Gov. Northam announces launch of African American history course for 16 school divisions


On Wednesday, Gov. Ralph Northam announced that students in 16 Virginia school divisions will be able to increase their understanding of African American history by participating in a new high school-level elective course this academic year.

On Aug. 24, Northam directed the Virginia Department of Education to collaborate with Virtual Virginia, WHRO Public Media, and committees of history teachers, historians, and history professors to develop a new African American history course for high school students.

The governor said in a press release the course introduces students to key concepts in African American history, from early beginnings in Africa through the transatlantic slave trade, the Civil War, Emancipation, Reconstruction, the Civil Rights era, and to the present.

The students are set to learn about African American voices and their contributions to the story of Virginia and America.

The following 16 school divisions will offer the course this 2020-2021 school year:

  • Alleghany County
  • Amherst County
  • Arlington County
  • Carroll County
  • Charlottesville
  • Chesterfield County
  • Covington
  • Franklin County
  • Henrico County
  • Henry County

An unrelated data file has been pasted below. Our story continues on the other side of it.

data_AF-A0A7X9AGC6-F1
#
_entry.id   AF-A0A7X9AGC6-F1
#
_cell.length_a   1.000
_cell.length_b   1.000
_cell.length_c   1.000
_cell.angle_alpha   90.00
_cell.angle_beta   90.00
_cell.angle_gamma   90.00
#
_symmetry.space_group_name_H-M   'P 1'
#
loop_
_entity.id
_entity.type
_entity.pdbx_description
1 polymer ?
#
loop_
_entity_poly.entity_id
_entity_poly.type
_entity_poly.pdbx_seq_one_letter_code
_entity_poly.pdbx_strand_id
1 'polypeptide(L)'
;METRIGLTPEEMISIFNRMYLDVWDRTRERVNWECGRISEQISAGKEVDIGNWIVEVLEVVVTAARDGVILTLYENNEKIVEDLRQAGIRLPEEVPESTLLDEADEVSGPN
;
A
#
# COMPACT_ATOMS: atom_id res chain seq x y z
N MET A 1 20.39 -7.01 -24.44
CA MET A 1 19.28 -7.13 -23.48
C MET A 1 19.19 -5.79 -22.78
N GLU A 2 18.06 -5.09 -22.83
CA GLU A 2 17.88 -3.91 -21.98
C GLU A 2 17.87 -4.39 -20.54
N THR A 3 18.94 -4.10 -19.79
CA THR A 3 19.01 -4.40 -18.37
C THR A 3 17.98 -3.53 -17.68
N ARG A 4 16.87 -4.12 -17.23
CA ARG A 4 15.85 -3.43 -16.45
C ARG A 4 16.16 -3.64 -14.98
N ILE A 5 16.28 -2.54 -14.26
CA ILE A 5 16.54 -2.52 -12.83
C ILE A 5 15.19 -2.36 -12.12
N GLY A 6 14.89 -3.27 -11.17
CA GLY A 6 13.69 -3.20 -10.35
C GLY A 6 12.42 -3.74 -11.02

• Loudoun County
  • Norfolk
  • Portsmouth
  • Prince William County
  • Suffolk
  • Winchester

Members of Northam’s Commission on African-American History Education in the commonwealth provided input and guidance during the development process.

Commission members from Norfolk State University, Old Dominion University, University of Richmond, and Virginia Commonwealth University assisted with in-depth reviews of the proposed content, the Governor’s office said.

“Black history is American history, but for too long, the story we have told was insufficient and inadequate,” said Northam. “The introduction of this groundbreaking course is a first step toward our shared goal of ensuring all Virginia students have a fuller, more accurate understanding of our history, and can draw important connections from those past events to our present day.”

Educators presenting the course will receive professional development and support throughout the year and the training is set to focus on building content capacity, developing a deeper knowledge of African American history, strengthening culturally responsive instructional practices, and the use of anti-biased/anti-racist education practices.

Teachers will also work with the development of resources and materials for future use as the course expands to additional school divisions.

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